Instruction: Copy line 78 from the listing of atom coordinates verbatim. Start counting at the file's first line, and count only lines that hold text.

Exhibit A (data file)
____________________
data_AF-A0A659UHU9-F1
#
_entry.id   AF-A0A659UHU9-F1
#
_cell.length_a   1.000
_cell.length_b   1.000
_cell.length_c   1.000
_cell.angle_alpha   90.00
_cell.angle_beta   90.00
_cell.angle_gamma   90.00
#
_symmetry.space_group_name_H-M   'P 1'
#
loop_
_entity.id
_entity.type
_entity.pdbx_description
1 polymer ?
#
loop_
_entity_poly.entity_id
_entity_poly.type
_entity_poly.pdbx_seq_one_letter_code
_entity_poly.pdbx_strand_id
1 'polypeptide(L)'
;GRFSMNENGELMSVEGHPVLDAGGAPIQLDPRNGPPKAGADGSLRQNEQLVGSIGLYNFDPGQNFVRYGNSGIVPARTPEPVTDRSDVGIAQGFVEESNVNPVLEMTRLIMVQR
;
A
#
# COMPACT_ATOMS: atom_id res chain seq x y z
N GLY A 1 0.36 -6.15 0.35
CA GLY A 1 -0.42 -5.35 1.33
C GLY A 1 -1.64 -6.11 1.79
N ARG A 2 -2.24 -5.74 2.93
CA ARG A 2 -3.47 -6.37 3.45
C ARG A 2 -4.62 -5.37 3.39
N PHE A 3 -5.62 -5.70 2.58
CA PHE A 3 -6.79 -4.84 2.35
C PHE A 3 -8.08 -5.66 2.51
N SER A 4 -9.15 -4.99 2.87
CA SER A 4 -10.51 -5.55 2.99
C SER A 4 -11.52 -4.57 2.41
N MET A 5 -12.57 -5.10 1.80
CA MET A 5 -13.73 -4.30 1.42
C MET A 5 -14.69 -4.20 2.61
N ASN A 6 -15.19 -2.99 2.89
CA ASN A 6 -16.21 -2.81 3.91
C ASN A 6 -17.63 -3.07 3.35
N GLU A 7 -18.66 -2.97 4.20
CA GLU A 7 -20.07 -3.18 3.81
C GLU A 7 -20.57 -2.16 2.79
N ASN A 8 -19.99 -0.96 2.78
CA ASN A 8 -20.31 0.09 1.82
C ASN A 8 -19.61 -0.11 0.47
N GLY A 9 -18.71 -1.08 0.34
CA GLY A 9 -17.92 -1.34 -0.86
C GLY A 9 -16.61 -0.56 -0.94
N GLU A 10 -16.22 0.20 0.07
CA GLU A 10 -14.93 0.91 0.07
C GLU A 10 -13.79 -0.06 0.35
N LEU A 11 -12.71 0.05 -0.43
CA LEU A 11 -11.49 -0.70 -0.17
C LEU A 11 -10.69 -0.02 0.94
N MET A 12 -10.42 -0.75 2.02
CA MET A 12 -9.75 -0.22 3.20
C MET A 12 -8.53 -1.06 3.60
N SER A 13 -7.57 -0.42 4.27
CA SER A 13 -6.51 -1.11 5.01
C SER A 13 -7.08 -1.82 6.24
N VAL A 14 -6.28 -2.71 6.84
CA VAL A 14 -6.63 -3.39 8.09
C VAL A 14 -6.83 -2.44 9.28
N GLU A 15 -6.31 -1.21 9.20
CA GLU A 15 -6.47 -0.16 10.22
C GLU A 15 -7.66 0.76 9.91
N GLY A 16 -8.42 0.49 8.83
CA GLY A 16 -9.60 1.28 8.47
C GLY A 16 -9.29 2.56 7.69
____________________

C GLY A 16 -9.29 2.56 7.69